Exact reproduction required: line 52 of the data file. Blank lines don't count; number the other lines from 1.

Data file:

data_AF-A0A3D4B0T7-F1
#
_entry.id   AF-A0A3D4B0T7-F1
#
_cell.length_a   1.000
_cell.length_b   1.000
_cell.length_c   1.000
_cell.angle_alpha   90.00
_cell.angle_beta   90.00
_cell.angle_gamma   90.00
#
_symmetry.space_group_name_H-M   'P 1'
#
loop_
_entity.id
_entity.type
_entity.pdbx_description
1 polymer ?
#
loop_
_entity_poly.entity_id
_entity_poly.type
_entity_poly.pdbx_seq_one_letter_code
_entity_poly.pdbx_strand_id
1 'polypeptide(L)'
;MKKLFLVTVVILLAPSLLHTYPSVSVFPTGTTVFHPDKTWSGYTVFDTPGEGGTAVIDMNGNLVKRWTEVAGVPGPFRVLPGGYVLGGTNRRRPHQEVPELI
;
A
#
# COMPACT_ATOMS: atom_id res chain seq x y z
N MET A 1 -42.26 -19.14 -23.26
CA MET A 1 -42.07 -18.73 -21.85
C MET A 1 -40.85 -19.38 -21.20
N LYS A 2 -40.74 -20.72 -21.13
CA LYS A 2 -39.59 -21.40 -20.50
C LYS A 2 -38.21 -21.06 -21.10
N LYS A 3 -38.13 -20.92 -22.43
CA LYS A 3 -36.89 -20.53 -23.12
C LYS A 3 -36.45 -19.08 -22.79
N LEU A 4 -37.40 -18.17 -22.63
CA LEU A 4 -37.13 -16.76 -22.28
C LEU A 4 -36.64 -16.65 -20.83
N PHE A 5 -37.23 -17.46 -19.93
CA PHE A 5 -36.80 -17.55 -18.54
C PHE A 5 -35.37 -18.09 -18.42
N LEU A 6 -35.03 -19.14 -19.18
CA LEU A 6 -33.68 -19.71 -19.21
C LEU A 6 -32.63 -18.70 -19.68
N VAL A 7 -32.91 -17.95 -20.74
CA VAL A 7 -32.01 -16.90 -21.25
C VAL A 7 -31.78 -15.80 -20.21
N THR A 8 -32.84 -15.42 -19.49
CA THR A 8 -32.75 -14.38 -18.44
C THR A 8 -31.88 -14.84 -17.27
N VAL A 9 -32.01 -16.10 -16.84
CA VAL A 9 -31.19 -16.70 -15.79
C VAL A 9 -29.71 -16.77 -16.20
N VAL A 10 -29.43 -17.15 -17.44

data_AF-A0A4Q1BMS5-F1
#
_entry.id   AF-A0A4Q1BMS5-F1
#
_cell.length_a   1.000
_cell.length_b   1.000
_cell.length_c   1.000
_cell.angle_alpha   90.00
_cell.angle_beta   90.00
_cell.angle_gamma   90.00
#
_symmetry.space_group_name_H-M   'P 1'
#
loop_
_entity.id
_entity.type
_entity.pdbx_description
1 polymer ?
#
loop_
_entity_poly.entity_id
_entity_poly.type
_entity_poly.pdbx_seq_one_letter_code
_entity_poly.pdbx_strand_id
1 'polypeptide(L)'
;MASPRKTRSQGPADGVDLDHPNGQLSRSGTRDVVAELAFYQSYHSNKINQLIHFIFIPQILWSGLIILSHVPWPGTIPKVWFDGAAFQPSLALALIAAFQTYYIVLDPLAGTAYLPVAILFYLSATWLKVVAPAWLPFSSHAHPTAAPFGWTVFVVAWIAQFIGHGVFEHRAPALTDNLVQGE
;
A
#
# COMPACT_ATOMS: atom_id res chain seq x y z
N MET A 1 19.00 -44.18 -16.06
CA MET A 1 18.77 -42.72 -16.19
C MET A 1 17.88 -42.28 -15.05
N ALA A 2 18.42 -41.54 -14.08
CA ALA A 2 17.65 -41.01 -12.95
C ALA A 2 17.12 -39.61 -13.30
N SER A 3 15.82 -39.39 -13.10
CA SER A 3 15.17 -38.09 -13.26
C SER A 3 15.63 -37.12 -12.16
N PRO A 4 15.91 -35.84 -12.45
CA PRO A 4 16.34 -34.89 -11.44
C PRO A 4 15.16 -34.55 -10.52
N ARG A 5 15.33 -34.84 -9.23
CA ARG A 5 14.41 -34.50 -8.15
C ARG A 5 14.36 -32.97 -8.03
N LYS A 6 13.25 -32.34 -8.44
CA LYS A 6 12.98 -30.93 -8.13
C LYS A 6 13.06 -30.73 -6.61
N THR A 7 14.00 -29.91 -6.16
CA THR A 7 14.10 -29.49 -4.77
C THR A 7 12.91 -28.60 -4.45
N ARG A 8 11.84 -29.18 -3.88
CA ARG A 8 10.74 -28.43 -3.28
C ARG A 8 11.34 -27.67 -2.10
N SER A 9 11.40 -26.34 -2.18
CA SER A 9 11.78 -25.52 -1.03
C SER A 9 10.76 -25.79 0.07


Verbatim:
N THR A 8 -32.84 -15.42 -19.49